No fear, no regrets

Hi. It’s been a while. I missed you.

Anyway. #notsentimental

You know that saying, “No fears, no regrets”? Yeah, I don’t know what it’s from. I feel like I heard a shrilly soprano sing it in a production of Les Miserables once, but I may be wrong. Either way, I think it’s stupid.

You will probably have both in your life. Especially in missionary work.

Let me explain.

When I think back on my mission, the thing I regret most is this: the people I didn’t talk to.

I never look back and think this:

“Oh, I’m real sad I talked to the guy who yelled at us and slammed the door.”

“Too bad I extended an invitation to repent to that woman who told us to never come back.”

“I’m sorry I took the opportunity to bear my testimony to the man who didn’t care to listen.”

Nope. I never think this. #likeever

I think this:

“I wish I talked to that family on the corner of Wicks and Bench.”

“I wish I would have opened my mouth to the man who looked like he had the world on his shoulders.”

“I wish I could re-do every moment I thought, ‘Oh, they probably don’t want to listen.'”

I don’t remember the faces of the people who hated me. I remember the faces of the people who never had a chance to love God more.

This is my greatest regret from my mission. And it was all because of fear.

Imagine if the Savior had never opened his mouth. If he had just assumed someone didn’t want to be healed because they looked busy or upset. Just imagine. And be grateful that the Savior is our ultimate example.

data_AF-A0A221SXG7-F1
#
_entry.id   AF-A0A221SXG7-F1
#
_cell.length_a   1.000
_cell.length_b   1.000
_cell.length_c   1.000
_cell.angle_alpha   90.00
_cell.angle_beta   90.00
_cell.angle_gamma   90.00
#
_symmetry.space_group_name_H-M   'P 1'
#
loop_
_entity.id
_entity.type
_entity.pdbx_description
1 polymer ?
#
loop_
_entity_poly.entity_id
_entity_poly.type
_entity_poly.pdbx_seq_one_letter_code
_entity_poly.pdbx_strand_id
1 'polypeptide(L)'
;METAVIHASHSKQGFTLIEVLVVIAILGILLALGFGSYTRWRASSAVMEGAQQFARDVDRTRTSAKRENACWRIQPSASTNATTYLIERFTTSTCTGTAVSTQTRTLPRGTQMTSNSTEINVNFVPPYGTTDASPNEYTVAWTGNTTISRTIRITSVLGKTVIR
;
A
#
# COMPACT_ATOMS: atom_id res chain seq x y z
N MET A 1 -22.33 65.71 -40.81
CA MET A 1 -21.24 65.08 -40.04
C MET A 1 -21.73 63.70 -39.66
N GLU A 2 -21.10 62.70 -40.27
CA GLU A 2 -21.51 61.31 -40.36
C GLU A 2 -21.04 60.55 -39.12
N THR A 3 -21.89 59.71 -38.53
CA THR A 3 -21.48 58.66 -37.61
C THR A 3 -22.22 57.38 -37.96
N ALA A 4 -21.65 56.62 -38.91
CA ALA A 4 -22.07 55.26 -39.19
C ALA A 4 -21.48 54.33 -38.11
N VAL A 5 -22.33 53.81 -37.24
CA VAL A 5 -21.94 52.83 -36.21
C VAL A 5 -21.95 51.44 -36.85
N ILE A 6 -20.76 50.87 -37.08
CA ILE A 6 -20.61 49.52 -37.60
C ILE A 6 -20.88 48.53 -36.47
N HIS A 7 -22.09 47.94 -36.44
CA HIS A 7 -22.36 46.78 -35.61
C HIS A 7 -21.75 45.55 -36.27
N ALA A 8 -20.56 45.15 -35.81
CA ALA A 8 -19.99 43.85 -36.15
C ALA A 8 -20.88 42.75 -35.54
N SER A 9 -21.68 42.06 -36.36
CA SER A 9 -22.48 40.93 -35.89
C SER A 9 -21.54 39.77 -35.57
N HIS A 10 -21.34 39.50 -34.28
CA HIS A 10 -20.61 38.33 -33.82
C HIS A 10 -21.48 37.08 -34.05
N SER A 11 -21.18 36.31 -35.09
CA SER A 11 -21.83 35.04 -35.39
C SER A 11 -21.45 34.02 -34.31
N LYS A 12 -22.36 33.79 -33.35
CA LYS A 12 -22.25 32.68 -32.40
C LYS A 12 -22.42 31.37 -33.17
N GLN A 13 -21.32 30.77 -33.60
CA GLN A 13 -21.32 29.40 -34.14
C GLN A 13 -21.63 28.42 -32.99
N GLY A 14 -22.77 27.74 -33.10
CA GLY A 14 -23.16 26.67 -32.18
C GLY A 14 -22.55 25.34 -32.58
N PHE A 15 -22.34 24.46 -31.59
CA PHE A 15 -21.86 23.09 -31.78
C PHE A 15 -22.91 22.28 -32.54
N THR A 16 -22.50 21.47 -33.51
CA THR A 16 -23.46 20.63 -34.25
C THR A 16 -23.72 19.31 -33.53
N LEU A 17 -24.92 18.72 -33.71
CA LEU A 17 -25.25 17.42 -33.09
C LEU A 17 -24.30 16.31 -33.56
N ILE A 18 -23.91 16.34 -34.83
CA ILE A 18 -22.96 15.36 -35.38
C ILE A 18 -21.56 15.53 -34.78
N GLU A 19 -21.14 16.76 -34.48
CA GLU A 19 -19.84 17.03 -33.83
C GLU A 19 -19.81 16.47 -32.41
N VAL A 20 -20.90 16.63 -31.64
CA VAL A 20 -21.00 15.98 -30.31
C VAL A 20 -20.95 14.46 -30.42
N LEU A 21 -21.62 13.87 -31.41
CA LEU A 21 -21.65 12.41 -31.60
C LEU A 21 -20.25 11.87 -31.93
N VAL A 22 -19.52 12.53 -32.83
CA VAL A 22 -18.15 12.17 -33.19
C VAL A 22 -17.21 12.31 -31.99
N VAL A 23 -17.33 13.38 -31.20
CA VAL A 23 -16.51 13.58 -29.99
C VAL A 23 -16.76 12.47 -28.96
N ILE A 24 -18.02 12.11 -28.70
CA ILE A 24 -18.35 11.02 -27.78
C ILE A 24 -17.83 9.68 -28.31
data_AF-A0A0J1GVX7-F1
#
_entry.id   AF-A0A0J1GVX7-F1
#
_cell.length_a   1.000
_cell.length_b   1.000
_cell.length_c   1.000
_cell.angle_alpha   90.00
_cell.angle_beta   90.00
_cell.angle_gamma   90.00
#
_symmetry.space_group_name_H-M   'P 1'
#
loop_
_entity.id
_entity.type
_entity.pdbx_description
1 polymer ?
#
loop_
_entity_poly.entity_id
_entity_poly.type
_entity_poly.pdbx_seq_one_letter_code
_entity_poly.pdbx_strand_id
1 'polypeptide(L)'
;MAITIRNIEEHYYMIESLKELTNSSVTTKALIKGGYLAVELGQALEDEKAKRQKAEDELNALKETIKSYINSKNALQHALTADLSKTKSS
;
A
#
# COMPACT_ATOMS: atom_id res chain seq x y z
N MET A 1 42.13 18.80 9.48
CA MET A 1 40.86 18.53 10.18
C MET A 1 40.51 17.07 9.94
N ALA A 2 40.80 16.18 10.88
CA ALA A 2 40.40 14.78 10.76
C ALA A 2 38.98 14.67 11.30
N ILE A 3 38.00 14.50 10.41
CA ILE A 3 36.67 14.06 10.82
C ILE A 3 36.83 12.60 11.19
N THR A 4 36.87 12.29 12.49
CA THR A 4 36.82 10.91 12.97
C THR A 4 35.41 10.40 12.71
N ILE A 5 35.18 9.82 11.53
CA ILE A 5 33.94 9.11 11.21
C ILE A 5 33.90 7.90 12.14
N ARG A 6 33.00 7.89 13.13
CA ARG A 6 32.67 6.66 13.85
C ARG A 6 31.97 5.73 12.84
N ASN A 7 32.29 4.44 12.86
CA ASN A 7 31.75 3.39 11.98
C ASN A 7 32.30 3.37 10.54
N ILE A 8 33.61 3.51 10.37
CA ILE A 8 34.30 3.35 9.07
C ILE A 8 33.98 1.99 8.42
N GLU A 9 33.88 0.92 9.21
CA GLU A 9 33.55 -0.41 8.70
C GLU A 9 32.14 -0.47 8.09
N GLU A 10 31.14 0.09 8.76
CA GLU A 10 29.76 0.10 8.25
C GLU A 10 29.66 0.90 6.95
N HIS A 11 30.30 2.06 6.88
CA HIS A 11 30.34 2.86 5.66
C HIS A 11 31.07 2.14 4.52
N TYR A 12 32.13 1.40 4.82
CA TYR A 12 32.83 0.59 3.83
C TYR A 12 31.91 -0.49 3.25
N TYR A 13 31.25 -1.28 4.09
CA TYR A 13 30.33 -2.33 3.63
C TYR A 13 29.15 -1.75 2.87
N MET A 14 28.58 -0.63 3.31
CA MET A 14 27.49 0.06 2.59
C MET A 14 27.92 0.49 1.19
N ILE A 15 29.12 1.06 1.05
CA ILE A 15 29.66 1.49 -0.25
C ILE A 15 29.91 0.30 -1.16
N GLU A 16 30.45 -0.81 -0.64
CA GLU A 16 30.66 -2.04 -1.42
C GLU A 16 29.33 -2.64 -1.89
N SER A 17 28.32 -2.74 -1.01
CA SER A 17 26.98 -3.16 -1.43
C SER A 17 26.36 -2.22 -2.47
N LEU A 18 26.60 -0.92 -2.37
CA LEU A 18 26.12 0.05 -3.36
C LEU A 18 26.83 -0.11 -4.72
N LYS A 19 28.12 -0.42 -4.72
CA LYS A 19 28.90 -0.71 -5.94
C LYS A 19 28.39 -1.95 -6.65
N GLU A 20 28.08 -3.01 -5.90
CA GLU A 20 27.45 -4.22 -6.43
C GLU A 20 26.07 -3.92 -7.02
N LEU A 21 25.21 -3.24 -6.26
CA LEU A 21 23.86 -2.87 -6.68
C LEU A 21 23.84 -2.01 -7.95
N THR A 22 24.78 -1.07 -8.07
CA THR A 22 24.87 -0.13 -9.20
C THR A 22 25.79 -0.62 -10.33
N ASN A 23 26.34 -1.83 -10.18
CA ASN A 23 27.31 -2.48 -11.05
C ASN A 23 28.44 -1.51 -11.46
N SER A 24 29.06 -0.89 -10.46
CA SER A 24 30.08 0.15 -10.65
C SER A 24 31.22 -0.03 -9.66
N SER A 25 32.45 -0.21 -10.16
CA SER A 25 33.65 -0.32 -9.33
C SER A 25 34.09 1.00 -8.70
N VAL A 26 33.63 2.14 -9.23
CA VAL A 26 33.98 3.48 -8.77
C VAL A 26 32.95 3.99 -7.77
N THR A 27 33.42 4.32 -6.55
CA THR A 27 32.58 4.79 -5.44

The most serious thing I could ever say to you is this: Don’t let a single opportunity to invite others to come unto Christ pass you by. You’ll always regret it. Always.

So while the temptation to have both will always be there, don’t give in. Rise above it. Open your mouth. Watch miracles unfold.

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One thought on “No fear, no regrets

  1. I couldn’t agree with you any more. The biggest regrets I have from the mission stem from the people I wish I had talked to and now am only left to wonder, but never know, how I might have been received.

    The following scripture, one in which the we were asked to memorize and remember, came during a particularly long and bitter winter, changed everything for me as I sought to let go of my fears.

    “But with some I am not well pleased, for they will not open their mouths, but they hide the talent which I have given unto them, because of the fear of man. Wo unto such, for mine anger is kindled against them” (D&C 60:2)

    And of course, the follow up scripture we were given to this was D&C 68:6, reassuring us that we were not alone in our struggle to overcome our fears.

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